Prevent harm when working on the farm

The 17th to 21st of July marks Farm Safety Week so we are addressing the importance of safe work practices in the agriculture industry.

While the agriculture industry can be a rewarding industry to work in, it’s also one of the most dangerous. In 2015-16 the agriculture industry made up 2.3% of the workforce, but accounted for 23% of worker fatalities. Between 2005 and 2015, an average of 41 workers lost their lives in the agriculture industry each year, and 3,015 serious claims were made.

Some of the hazards to agricultural workers include:

  • Plants
  • Quad bikes and vehicles
  • Chemicals
  • Noise
  • Dust
  • Sun exposure
  • Working with animals
  • Working alone or in remote locations.

 Work health and safety duties

Under the WHS Regulations, farm owners and managers need to protect their workers by making sure that their employees and contractors are not exposed to risks to their health and safety.

According to SafeWork Australia, the best ways to protect workers include:

  • Eliminate hazards, which means getting rid of things that can kill or hurt workers. If that is not possible then you must minimise the risks, so far as is reasonably practicable.
  • Choose the safest equipment for your farm’s needs and ensure it is well maintained.
  • Choose the safest chemicals and closely follow the manufacturers’ instructions.
  • Ensure all workers and visitors know about the risks on the farm and how to manage these.
  • Ensure workers have the skills to work safely, for example when handling animals and using farm equipment.
  • Closely supervise new and inexperienced workers.

Being Prepared for an Emergency

Being able to quickly respond to an emergency such as illness with first aid and being able to get people to hospital or a medical facility quickly is of high importance. This can help prevent people dying or having other complications.

According to FarmSafe Australia being prepared for farm emergencies includes having:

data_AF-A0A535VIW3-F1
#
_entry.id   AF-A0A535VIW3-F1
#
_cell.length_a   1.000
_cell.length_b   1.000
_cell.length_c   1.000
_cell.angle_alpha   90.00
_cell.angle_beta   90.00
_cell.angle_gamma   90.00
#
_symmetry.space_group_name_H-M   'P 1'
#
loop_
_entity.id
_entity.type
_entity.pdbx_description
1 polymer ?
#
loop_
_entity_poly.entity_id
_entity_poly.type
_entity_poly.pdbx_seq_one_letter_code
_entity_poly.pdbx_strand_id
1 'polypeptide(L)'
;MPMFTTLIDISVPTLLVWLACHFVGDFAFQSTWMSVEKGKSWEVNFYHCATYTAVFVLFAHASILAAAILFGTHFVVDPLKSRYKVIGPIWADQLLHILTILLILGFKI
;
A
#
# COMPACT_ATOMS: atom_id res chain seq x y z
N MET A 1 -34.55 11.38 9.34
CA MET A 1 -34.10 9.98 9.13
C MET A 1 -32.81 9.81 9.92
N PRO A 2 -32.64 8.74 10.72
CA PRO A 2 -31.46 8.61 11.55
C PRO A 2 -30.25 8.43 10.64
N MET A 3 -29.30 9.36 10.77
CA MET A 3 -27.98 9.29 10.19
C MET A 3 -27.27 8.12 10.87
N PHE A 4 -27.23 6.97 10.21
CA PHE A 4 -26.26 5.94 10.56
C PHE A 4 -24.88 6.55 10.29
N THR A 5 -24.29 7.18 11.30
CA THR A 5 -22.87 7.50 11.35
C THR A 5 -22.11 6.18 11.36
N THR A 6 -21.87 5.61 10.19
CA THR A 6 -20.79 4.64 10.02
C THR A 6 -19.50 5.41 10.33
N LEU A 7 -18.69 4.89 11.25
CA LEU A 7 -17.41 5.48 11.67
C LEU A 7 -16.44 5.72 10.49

• good (appropriate) First Aid kits
  • people on farm trained to provide First Aid, including cardiopulmonary resuscitation (CPR) and expired air resuscitation (EAR)
  • effective farm communication an Emergency Plan, and
  • an Emergency Contact card beside phones and two-way radios to help contact emergency services and give directions to them and ask for further help

FarmSafe Australia have developed a number of resources, guides and checklists that are beneficial when implementing and monitoring safe work practices

Earlier we mentioned how Quad bikes and vehicles are one of the hazards to agricultural workers and farmers. To give you a better idea of just how much of a hazard it is, the University of Sydney recently reported that since 2001 over 230 Australians have died in quad related incidents. This makes quads the leading cause of non-intentional injury death on Australian farms (outranking tractors).

Farmers are urged to think carefully about their use of quads taking into account the safety risks. In a majority of cases , quads are not fit for purpose for the tasks required by farmers and more suitable vehicles should be used taking into account the different terrains.

Farm Safety Week aims to raise awareness of farm safety issues across Australian and some practical steps farmers can take to improve worker health and safety.

For mor­e information as to how you can implement safe work practices, contact us here.